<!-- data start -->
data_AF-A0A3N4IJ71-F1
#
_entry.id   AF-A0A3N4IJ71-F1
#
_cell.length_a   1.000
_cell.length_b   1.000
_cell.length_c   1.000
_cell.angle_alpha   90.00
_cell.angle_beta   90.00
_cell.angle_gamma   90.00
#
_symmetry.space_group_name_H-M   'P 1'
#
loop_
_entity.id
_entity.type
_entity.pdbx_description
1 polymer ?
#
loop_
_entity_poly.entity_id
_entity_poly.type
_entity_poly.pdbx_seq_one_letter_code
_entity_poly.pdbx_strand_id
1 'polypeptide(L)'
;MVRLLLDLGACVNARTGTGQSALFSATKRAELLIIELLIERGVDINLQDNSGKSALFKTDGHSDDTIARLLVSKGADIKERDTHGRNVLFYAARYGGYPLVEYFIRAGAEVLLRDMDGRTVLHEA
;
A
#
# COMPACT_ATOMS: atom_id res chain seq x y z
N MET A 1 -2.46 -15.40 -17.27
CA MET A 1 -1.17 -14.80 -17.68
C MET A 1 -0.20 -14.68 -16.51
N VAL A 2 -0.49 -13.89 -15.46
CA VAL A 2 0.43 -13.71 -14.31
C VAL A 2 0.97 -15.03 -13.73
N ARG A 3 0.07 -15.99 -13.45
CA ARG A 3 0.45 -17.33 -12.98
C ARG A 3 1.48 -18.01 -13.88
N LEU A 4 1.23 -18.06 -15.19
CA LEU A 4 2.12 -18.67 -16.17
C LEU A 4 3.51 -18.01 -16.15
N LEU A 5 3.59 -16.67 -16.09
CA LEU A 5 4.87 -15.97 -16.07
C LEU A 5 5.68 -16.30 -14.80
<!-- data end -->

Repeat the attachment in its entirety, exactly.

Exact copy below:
data_AF-A0A3N4IJ71-F1
#
_entry.id   AF-A0A3N4IJ71-F1
#
_cell.length_a   1.000
_cell.length_b   1.000
_cell.length_c   1.000
_cell.angle_alpha   90.00
_cell.angle_beta   90.00
_cell.angle_gamma   90.00
#
_symmetry.space_group_name_H-M   'P 1'
#
loop_
_entity.id
_entity.type
_entity.pdbx_description
1 polymer ?
#
loop_
_entity_poly.entity_id
_entity_poly.type
_entity_poly.pdbx_seq_one_letter_code
_entity_poly.pdbx_strand_id
1 'polypeptide(L)'
;MVRLLLDLGACVNARTGTGQSALFSATKRAELLIIELLIERGVDINLQDNSGKSALFKTDGHSDDTIARLLVSKGADIKERDTHGRNVLFYAARYGGYPLVEYFIRAGAEVLLRDMDGRTVLHEA
;
A
#
# COMPACT_ATOMS: atom_id res chain seq x y z
N MET A 1 -2.46 -15.40 -17.27
CA MET A 1 -1.17 -14.80 -17.68
C MET A 1 -0.20 -14.68 -16.51
N VAL A 2 -0.49 -13.89 -15.46
CA VAL A 2 0.43 -13.71 -14.31
C VAL A 2 0.97 -15.03 -13.73
N ARG A 3 0.07 -15.99 -13.45
CA ARG A 3 0.45 -17.33 -12.98
C ARG A 3 1.48 -18.01 -13.88
N LEU A 4 1.23 -18.06 -15.19
CA LEU A 4 2.12 -18.67 -16.17
C LEU A 4 3.51 -18.01 -16.15
N LEU A 5 3.59 -16.67 -16.09
CA LEU A 5 4.87 -15.97 -16.07
C LEU A 5 5.68 -16.30 -14.80